Spectacular jets powered by the gravitational energy of a super massive black hole in the core of the elliptical galaxy Hercules A illustrate the combined imaging power of two of astronomy's cutting-edge tools, the Hubble Space Telescope's Wide Field Camera 3, and the recently upgraded Karl G. Jansky Very Large Array (VLA) radio telescope in New Mexico.
Some two billion light-years away, the yellowish elliptical galaxy in the center of the image appears quite ordinary as seen by Hubble in visible wavelengths of light. The galaxy is roughly 1,000 times more massive than the Milky Way and harbors a 2.5-billion-solar-mass central black hole that is 1,000 times more massive than the black hole in the Milky Way. But the innocuous-looking galaxy, also known as 3C 348, has long been known as the brightest radio-emitting object in the constellation Hercules. Emitting nearly a billion times more power in radio wavelengths than our Sun, the galaxy is one of the brightest extragalactic radio sources in the entire sky.
The VLA radio data reveal enormous, optically invisible jets that, at one-and-a-half million light-years wide, dwarf the visible galaxy from which they emerge. The jets are very-high-energy plasma beams, subatomic particles and magnetic fields shot at nearly the speed of light from the vicinity of the black hole. The outer portions of both jets show unusual ring-like structures suggesting a history of multiple outbursts from the super massive black hole at the center of the galaxy.
The innermost parts of the jets are not visible because of the extreme velocity of the material, which causes relativistic effects that beam the light away from us. Far from the galaxy, the jets become unstable and break up into the rings and wisps.
The entire radio source is surrounded by a very hot, X-ray-emitting cloud of gas, not seen in this optical-radio composite.
Hubble's view of the field also shows a companion elliptical galaxy very close to the center of the optical-radio source, which may be merging with the central galaxy. Several other elliptical and spiral galaxies that are visible in the Hubble data may be members of a cluster of galaxies.Hercules A is by far the brightest and most massive galaxy in the cluster.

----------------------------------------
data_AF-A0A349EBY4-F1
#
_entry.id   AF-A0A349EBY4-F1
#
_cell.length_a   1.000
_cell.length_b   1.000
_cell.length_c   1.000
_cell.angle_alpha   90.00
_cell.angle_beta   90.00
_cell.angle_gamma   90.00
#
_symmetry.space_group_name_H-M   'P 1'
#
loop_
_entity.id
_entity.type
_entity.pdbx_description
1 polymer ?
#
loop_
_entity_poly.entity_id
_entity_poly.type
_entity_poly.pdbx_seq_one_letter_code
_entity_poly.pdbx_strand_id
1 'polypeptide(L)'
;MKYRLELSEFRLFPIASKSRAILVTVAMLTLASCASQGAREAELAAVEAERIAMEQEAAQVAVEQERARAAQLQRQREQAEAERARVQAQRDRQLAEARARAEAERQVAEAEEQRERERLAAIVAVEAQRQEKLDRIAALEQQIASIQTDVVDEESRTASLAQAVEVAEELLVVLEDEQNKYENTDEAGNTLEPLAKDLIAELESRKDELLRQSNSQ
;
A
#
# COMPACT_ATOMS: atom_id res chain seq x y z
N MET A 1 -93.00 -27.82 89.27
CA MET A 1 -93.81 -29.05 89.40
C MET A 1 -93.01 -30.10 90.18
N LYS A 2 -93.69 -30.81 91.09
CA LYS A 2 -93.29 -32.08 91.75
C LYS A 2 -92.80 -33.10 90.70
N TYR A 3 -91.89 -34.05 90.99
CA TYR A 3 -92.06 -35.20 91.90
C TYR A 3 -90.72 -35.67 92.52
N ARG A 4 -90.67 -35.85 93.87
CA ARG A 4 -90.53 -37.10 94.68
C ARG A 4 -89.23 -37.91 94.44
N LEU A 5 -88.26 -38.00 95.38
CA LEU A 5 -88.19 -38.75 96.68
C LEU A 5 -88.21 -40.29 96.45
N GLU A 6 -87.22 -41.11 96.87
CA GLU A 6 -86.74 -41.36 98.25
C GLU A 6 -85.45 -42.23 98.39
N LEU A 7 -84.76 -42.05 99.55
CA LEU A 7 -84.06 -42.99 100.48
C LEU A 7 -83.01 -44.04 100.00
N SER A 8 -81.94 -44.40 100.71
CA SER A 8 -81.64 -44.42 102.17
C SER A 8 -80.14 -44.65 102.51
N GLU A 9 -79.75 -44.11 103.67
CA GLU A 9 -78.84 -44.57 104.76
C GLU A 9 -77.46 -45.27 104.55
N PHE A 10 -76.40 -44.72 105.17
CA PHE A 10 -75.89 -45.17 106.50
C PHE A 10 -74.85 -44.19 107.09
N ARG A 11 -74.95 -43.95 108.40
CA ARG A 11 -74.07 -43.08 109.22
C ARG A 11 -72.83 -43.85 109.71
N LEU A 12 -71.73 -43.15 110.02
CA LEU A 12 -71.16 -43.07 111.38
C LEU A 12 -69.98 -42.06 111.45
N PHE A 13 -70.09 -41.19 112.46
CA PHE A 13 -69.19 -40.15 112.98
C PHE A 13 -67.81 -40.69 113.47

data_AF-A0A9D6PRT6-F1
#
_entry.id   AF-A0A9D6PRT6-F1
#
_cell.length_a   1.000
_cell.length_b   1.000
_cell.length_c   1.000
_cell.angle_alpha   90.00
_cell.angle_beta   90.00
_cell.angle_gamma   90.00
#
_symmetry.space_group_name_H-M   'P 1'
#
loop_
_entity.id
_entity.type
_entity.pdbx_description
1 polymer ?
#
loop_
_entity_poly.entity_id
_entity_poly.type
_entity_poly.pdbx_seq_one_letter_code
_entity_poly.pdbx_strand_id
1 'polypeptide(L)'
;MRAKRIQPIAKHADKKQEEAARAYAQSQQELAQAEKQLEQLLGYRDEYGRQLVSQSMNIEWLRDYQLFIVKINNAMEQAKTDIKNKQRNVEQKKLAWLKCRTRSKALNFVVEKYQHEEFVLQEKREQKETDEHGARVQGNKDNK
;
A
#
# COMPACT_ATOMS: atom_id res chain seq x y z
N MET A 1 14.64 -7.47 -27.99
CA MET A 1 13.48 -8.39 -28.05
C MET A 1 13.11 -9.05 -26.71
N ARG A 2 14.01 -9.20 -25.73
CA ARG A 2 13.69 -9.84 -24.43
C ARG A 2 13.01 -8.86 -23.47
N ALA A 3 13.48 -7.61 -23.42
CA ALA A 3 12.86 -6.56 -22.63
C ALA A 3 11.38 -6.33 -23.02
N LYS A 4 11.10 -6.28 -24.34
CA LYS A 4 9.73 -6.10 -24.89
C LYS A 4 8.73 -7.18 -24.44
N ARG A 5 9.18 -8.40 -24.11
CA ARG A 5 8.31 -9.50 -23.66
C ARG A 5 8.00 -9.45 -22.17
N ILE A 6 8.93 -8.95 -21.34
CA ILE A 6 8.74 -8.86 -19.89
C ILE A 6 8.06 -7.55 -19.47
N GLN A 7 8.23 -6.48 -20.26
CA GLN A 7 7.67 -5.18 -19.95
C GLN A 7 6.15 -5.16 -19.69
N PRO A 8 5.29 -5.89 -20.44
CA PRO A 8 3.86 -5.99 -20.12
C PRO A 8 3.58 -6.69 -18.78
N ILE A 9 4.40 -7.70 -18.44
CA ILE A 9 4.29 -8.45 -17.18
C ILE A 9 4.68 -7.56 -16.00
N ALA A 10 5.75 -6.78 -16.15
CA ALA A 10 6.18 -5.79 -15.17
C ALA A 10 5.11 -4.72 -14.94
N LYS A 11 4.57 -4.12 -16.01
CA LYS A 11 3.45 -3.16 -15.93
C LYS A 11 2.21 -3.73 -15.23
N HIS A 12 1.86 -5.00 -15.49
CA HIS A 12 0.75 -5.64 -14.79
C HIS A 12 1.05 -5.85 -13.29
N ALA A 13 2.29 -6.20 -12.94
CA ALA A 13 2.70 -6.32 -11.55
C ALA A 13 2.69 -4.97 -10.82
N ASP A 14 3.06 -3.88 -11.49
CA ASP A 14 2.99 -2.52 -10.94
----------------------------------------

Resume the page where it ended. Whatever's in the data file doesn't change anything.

NASA/Goddard Space Flight Center: http://www.nasa.gov/goddard
This press release was posted to serve as a topic for discussion. Please comment below. We try our best to only post press releases that are associated with peer reviewed scientific literature. Critical discussions of the research are appreciated. If you need help finding a link to the original article, please contact us on twitter or via e-mail.
Earlier this week, NASA awarded two contracts for new spaceships to commercial companies. Here's how they compare.
Psychedelic pictures of 30 galactic collisions show for the first time that merging galaxies often spawn disc-shaped offspring like our Milky Way
India's first mission to Mars will attempt to put a spacecraft in orbit around the red planet next week, in a crucial test of a low-cost project carrying the country's hopes to join the leaders of a global space race.
Amazon founder Jeff Bezos' space company will develop a powerful new rocket engine in partnership with United Launch Alliance
After a journey of 442 million miles, unmanned spacecraft is closing in on Martian orbit
Late last week, an errant, high-energy particle struck part of the Dawn spacecraft‘s electrical system, disabling the NASA …
Is it possible to have a green thumb on the Red Planet? Perhaps, after you’ve mastered a few space gardening tricks
Delays in the launch of the first space flights by Sir Richard Branson's Virgin Galactic from a base in New Mexico have drawn criticism from a county commissioner in the south of the state.
The U.S. Air Force plans to request initial funding for three surveillance satellites to track objects in space as part of its fiscal 2016 budget request, a top Air Force general said Tuesday.
By 2017, the two American companies are expected to take over a job that NASA has relied upon Russia to perform: shuttling astronauts to the International Space Station.